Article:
If you spend as much time tracking your activity as you do actually engaged in the activity, that is probably going to hurt your progress, psychologist says
When it comes to health and fitness, some technology that’s meant to help you actually could be hurting your progress.
Fitness trackers, part of the booming wearables market, have caught fire with the health conscious and boosted the fortunes of their manufacturers.
In 2014, worldwide consumer spending on health and fitness services clocked in at over US$200 billion, with wearable devices capturing a growing percentage, said analyst Jim Duffy at Stifel. Duffy noted that Fitbit alone had sales of US$1.8 billion last year, and that the company expects revenue in excess of US$2 billion for this year.
Still, at least a few experts say the trend in some ways may be counterproductive.
When it comes to fitness tech, “You need to ask: Am I in effect adding stress when the goal is to reduce it?” psychologist Michael Woodward said. “If you spend as much time tracking your activity as you do actually engaged in the activity, that is probably going to hurt your progress. “
Wearable fitness tech and apps can help wearers change bad habits — as long as they don’t burn out, said Dr. Steven C. Garner, New York Methodist Hospital’s chairman of radiology.
“If it leads to more awareness of what you’re eating and your physical condition then that’s good,” Garner said. “But I find some people become too committed [to the tech] and then this becomes an overriding part of their life.”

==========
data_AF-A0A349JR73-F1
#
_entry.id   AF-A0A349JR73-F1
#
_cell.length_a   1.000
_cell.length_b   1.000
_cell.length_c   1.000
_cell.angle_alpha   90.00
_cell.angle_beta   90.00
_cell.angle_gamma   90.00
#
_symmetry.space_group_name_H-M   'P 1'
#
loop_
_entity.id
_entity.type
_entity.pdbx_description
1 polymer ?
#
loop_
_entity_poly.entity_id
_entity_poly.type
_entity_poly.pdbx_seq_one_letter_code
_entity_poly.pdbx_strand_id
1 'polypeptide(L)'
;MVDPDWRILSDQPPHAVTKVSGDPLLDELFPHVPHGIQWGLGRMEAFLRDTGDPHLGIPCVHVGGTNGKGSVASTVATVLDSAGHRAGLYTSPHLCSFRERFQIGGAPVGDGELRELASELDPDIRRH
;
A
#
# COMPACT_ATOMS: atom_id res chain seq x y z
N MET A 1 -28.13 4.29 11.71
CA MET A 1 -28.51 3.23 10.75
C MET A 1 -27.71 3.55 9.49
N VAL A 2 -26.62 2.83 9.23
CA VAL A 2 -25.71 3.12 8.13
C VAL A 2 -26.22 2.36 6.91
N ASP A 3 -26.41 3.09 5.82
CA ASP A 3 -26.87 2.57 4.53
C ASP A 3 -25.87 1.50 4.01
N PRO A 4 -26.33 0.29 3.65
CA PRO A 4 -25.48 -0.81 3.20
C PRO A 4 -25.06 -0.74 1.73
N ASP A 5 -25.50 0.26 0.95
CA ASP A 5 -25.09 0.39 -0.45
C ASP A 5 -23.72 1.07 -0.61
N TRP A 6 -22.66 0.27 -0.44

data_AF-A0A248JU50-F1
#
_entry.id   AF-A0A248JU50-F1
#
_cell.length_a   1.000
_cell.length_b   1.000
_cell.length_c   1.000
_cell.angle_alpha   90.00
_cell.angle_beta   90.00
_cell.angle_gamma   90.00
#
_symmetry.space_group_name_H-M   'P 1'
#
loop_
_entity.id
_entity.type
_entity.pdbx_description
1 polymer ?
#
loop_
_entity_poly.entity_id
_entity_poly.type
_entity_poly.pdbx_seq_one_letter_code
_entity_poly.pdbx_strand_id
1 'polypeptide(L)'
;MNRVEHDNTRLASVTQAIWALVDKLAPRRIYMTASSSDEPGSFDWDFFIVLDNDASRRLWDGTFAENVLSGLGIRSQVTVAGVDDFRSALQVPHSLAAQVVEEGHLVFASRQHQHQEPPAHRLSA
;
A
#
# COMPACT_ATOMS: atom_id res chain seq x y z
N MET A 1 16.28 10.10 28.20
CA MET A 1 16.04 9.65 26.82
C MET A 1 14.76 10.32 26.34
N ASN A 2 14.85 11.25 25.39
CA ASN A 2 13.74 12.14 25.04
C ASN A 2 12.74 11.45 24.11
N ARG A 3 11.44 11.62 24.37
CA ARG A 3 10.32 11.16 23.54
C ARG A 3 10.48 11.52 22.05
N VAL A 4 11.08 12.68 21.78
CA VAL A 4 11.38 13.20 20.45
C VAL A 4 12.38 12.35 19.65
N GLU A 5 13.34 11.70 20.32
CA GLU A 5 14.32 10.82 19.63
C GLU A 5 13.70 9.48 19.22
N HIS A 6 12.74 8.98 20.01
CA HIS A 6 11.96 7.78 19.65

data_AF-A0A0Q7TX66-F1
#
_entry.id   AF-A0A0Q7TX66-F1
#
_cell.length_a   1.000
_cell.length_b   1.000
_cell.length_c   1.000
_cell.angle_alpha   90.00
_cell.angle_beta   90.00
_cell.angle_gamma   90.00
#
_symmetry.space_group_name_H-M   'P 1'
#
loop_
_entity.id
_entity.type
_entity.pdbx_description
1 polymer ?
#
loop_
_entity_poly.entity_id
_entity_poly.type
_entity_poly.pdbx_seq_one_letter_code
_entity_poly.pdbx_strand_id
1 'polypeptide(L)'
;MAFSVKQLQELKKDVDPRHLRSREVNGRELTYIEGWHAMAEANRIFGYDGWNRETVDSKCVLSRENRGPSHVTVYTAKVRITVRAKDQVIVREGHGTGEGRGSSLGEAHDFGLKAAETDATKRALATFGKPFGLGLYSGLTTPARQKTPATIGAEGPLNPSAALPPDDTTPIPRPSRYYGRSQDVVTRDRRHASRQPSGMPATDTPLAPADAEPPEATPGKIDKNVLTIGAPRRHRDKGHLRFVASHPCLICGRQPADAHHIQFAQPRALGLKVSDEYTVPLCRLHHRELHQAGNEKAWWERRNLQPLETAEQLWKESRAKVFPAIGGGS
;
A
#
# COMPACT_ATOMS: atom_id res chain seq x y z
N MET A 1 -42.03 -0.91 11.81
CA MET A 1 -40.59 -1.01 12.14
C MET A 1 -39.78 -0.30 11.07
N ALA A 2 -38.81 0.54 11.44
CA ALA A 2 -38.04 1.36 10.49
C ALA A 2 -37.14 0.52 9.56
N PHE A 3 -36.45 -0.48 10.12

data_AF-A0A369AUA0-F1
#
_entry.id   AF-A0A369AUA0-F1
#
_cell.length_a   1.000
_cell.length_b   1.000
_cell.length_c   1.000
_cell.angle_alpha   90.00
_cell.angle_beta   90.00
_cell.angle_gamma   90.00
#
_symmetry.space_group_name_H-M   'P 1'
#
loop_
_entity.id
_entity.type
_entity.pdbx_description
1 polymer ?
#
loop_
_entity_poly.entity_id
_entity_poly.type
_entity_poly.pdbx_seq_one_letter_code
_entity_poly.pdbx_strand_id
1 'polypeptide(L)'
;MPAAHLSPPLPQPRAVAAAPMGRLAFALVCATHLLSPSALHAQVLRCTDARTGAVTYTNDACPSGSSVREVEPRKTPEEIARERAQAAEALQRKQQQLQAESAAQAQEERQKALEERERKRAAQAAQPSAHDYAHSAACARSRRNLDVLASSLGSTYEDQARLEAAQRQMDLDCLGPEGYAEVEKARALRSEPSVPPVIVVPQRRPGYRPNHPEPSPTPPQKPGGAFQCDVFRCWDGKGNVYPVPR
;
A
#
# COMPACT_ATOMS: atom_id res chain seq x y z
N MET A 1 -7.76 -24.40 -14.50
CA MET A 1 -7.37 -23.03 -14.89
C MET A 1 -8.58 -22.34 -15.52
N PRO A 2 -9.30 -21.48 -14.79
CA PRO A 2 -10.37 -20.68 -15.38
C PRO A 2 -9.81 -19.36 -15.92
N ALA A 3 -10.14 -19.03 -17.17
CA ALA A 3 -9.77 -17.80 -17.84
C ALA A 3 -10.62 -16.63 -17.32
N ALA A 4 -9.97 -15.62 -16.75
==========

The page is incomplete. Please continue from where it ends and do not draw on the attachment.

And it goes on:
Some users benefit from apps because they provide a routine, but that they’re “not a magic wand” to make you healthy, Garner said. He added that trackers should be used along with advice from a doctor. He also warns the tech is not always completely accurate, and can sometimes be confusing for users.
“The best form of exercise is walking at a pace where you can talk,” Garner said, explaining that walking 15 minutes after eating is the best time to exercise.
Joining a fitness group, like Weight Watchers, may be better for some, according to celebrity trainer and fitness coach Jillian Michaels, who has a health and fitness app of her own. The structure of regular meetings and a sense of belonging may be more beneficial to some people, she added.
As wearables rise in acceptance, more companies are now offering health programs as part of company culture.
A study by Future Workplace and Staples Business Advantage shows 37 percent of companies encourage or provide wearable devices at work for tracking health, wellness and productivity. The study found that companies are encouraging tech use because healthier employees use fewer sick days and are more productive overall.
Still, Woodward, the psychologist, warns to be cautious of multi-tasking too much with tech.
“Bottom line, track in moderation,” he said. “Don’t let the act of tracking dominate your health strategy.”